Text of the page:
A good question to ask yourself is, “How much value are we creating, in exchange for what it’s costing us?

 

Customer lifetime value can be used to categorize your customers into buyer personas as well, so you can focus on the highest CLV members. CLV can be further broken into customer future value and customer potential value to isolate and forecast future behaviors or potential outcomes.

 

If CLV increases with time, your program is moving in the right direction.

 

Customer retention rate

 

A well-defined customer loyalty program strategy is aimed at maximizing potential revenue from members.  A clear indicator of customer loyalty success is customer retention rate (CRR).

 

For a given period of time:

 

Customer Retention Rate = (Ending Customers – New Customers) / Initial Customers x 100 

 

Why is it easier to sell to existing customers than to gain new customers?

 

Existing customers are easier to reach

We all know how difficult it is to make new friends.  As adults, our time is focused on work, errands, taxes, and staying healthy.  We have barely enough time to enjoy ourselves. It’s no wonder it takes so much effort to enter a person’s life.  You must find common ground, shared interests, and find time to connect in an ever-busier schedule.

 

In contrast, it’s relatively easy to call up an old friend to ask for advice or input on solving a problem. They are significantly easier to reach on the phone or meet in person.

 

Customer retention can be viewed the same way. It’s easier to contact an existing customer than reach a new one. Your existing customers have already supported your business in the past, and you have a better understanding of what brings them value and makes them happy as consumers.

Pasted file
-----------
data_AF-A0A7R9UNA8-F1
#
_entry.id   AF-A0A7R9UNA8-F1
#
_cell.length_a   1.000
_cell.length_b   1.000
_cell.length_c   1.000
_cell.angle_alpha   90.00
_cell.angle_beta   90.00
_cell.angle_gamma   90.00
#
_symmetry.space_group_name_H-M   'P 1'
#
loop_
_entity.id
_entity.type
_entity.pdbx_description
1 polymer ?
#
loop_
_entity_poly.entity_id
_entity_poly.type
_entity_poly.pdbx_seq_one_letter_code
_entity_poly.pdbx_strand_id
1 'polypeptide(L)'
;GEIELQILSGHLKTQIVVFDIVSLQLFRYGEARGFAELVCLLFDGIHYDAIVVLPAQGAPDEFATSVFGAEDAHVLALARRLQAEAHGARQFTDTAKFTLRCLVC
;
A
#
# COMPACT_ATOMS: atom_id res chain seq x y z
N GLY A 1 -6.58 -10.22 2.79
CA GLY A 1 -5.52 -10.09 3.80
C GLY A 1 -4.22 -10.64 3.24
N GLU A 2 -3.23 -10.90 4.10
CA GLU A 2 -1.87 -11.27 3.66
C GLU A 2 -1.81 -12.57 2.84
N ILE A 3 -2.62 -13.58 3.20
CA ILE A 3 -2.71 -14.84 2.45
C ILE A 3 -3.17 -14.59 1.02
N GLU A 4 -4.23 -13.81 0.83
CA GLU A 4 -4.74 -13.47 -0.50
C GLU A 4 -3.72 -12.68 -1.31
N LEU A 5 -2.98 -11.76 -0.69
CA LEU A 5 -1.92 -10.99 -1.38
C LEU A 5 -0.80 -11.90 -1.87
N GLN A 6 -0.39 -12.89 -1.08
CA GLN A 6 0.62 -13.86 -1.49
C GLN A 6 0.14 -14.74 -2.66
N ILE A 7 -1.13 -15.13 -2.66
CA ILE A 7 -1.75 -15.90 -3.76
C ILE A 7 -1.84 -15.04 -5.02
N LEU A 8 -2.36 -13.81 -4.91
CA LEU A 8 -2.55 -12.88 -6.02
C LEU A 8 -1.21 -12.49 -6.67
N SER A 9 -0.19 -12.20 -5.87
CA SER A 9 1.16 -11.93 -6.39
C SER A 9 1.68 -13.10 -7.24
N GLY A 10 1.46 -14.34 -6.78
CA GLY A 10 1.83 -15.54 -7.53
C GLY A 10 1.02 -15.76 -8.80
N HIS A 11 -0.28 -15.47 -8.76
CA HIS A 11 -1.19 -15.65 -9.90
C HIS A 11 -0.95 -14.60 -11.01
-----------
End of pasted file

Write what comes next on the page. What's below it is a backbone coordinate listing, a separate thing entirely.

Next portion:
The broader you grow your customer base, the better opportunity for future revenue growth.  A successful loyalty program that fosters a positive customer experience will lead to higher customer retention rates.

 

Ultimate redemption rate

ultimate redemption rate

 

While you may be increasing sign-up rates, are customers actually enjoying your program?

 

Coupons and rewards drive people to brands; calculating how often customers use your program’s rewards can provide insight into if they are actually taking advantage of your loyalty program. Incentivizing customer interactions will help increase the redemption rate.

 

Ultimate Redemption Rate = [Total loyalty points spent to date + Predicted future points that will be redeemed] / Number of points issued to date

 

It’s important to remember that customers are engaging not just with the benefits of your program, but with your brand. Active customers are a positive sign that you have designed a compelling incentive program. This also increases the likelihood of repeat customers. A successful loyalty program will have a strong ultimate redemption rate.